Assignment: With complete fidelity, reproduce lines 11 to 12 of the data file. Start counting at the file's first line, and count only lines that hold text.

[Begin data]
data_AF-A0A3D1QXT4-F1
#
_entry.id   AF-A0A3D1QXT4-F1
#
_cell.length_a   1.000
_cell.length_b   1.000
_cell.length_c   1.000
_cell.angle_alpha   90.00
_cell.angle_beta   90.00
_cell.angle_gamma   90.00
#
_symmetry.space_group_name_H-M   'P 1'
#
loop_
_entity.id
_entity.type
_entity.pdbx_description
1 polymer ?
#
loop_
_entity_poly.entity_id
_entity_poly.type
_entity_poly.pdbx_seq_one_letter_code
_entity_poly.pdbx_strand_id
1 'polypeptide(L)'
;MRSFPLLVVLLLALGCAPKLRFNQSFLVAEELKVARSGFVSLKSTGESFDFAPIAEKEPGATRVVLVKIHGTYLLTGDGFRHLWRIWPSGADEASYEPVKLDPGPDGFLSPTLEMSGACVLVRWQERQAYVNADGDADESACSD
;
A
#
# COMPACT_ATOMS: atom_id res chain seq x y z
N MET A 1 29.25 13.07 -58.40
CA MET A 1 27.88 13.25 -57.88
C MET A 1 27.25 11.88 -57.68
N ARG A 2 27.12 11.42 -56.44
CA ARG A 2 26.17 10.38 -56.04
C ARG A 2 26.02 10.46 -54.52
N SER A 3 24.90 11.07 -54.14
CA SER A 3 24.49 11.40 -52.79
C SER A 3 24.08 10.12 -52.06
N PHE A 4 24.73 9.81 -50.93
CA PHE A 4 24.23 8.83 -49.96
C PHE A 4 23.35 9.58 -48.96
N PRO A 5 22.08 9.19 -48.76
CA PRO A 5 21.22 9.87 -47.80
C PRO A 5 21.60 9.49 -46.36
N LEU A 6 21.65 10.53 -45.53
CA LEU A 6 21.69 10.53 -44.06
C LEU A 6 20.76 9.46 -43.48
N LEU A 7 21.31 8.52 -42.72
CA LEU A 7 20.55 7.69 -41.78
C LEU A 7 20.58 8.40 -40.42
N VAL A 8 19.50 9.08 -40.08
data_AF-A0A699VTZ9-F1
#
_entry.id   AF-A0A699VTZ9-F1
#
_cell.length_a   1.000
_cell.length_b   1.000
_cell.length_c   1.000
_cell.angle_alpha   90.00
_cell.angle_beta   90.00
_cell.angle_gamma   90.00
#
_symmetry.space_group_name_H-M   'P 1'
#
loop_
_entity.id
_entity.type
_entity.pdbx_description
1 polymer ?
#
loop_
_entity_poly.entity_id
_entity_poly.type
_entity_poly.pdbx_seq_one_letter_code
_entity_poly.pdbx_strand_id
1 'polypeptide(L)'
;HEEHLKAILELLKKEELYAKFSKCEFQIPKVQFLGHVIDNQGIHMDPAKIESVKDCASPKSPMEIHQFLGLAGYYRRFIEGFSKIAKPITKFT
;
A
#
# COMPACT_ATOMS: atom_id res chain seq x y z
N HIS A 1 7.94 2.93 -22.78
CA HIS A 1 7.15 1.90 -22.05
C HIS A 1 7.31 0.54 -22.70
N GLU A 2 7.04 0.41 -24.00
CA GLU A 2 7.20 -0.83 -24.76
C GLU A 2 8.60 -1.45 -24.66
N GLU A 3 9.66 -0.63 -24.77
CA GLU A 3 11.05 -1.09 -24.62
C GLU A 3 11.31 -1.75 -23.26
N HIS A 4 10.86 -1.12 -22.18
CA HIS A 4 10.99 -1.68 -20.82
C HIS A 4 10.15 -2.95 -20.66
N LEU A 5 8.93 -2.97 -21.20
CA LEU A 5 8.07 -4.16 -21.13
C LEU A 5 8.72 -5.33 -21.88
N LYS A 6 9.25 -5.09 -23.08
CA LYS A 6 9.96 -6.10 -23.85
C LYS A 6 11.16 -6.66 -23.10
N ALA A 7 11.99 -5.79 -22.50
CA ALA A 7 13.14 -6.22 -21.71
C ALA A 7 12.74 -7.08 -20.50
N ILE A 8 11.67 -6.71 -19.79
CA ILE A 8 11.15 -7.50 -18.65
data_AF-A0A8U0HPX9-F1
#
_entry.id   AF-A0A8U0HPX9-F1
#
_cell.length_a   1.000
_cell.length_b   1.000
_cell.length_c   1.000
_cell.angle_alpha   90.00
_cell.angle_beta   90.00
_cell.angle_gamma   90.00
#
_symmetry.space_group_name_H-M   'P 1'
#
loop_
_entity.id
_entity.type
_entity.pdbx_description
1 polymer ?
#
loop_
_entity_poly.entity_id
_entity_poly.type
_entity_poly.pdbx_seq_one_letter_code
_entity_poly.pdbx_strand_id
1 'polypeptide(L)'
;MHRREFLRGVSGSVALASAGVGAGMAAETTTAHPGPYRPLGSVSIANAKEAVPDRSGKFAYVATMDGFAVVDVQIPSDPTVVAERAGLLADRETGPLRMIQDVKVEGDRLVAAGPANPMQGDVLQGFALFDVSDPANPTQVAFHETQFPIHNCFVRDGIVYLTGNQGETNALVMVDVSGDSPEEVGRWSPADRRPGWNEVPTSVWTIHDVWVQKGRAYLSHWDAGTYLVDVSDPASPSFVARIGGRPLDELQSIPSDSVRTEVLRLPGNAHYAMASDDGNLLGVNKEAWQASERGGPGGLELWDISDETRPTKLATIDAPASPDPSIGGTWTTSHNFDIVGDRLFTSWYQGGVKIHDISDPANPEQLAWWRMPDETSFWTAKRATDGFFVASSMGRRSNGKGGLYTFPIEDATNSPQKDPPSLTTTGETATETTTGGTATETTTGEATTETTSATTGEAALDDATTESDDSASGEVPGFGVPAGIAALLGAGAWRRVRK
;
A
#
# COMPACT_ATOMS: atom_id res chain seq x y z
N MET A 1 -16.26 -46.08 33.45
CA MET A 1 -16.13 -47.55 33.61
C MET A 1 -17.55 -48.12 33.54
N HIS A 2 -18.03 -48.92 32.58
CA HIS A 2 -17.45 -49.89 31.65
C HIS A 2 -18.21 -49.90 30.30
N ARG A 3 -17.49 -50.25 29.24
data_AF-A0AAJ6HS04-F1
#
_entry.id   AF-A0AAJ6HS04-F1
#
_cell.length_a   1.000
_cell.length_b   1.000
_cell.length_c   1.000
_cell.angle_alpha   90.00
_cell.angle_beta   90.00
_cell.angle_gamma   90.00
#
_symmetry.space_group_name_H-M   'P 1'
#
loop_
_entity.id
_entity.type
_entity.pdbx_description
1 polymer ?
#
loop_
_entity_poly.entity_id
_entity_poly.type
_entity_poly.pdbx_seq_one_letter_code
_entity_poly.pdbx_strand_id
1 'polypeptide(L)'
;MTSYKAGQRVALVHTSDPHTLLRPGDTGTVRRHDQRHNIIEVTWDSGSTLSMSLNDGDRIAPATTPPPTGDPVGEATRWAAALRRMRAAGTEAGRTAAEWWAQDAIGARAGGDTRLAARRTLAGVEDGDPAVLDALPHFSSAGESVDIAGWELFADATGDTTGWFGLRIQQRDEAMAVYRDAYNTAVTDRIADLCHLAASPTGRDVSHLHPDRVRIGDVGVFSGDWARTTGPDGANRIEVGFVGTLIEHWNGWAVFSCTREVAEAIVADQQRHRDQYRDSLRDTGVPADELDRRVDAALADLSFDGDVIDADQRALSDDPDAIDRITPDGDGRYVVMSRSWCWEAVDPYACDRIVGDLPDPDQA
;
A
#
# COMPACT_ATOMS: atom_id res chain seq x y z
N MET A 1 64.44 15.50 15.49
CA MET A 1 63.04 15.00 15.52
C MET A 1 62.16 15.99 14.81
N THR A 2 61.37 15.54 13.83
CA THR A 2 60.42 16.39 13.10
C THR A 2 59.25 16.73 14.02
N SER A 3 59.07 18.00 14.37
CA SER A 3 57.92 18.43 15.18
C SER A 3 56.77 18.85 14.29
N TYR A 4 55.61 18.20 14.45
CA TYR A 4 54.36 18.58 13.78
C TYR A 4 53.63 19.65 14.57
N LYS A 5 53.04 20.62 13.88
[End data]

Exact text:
#
_symmetry.space_group_name_H-M   'P 1'